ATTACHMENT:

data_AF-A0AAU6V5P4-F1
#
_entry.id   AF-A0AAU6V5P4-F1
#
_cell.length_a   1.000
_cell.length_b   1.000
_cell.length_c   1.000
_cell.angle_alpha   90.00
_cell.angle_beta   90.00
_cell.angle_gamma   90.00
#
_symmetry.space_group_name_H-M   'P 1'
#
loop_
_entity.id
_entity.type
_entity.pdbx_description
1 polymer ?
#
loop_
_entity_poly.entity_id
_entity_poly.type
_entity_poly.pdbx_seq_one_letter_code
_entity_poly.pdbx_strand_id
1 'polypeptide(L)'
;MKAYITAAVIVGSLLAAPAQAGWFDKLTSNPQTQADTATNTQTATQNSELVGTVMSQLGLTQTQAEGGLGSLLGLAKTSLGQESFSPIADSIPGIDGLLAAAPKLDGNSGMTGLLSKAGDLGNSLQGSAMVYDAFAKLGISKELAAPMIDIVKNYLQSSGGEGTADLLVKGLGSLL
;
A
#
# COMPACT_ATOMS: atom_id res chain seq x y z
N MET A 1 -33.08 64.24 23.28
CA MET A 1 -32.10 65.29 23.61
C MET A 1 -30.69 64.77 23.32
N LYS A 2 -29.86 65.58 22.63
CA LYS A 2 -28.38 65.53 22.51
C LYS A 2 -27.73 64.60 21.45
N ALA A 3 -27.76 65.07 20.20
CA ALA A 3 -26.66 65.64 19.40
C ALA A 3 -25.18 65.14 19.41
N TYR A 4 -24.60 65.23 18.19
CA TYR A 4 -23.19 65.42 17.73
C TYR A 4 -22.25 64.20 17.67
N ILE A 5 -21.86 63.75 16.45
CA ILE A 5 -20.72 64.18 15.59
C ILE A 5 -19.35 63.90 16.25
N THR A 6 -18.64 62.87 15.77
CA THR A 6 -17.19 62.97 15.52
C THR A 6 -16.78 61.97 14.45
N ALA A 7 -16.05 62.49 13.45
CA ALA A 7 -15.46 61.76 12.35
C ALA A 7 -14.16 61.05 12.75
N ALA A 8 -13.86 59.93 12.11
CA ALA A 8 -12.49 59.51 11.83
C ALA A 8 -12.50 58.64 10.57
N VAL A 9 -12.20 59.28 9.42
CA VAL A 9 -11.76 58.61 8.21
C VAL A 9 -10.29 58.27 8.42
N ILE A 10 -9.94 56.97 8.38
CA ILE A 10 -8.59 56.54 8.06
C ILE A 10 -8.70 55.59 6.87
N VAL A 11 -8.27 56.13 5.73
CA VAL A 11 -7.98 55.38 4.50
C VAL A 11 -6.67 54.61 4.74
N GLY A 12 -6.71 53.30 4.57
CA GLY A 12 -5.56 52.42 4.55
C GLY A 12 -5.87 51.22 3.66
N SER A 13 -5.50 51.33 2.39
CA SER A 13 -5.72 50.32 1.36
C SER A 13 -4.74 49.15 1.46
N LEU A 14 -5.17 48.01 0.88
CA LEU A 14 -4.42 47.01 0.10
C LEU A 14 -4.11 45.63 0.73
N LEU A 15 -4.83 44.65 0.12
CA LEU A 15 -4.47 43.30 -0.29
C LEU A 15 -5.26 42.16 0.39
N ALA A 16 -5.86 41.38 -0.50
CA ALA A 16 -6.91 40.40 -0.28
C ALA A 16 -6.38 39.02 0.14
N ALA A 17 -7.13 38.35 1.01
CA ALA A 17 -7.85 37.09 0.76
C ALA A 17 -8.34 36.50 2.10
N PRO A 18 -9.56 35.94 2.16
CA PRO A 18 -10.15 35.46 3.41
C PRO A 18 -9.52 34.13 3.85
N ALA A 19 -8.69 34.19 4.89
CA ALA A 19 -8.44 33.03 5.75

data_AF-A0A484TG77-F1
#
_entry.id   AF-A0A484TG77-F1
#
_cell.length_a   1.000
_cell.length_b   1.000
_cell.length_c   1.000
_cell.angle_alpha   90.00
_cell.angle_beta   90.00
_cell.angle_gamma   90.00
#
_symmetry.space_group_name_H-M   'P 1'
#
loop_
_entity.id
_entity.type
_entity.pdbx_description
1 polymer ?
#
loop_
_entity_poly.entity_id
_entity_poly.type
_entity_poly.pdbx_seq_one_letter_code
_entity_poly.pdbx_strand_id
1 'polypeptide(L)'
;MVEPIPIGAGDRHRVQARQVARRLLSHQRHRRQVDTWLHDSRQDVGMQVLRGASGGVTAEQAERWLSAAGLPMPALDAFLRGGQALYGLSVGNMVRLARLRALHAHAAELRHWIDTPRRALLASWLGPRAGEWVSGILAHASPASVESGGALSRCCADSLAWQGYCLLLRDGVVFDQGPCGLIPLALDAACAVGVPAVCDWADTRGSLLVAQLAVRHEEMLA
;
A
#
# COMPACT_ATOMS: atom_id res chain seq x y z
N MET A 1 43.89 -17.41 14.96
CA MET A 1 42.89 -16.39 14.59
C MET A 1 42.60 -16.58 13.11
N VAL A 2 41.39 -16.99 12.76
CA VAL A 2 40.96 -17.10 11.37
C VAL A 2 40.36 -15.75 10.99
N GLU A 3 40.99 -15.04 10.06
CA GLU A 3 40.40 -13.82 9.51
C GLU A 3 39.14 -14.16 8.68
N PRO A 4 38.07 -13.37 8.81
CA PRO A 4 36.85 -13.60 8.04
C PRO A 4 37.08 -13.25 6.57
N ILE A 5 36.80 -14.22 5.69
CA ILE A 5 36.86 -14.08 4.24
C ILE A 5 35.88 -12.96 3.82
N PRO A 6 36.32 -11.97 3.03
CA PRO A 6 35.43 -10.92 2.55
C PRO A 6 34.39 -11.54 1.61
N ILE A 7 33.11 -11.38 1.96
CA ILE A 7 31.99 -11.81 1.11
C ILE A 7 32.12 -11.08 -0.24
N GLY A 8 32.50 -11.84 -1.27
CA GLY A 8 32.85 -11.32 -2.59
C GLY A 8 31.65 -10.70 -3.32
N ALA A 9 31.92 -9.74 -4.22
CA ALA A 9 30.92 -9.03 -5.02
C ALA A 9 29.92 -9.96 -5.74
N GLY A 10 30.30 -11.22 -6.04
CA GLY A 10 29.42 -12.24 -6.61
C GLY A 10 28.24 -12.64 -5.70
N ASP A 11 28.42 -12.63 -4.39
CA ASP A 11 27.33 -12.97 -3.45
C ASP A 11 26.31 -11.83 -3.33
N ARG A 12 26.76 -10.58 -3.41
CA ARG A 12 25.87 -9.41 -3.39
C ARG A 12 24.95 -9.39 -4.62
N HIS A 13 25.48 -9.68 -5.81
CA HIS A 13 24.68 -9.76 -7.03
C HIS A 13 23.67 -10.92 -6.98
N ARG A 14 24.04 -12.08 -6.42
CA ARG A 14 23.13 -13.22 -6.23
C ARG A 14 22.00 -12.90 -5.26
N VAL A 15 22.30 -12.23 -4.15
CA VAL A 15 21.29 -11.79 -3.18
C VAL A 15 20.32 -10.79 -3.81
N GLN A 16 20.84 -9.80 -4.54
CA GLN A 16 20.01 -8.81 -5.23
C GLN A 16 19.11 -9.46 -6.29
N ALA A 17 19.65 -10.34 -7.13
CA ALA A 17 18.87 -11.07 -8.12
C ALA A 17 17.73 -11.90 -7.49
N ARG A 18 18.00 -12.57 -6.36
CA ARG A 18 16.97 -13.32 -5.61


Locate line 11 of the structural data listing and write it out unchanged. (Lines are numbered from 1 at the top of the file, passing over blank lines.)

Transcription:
#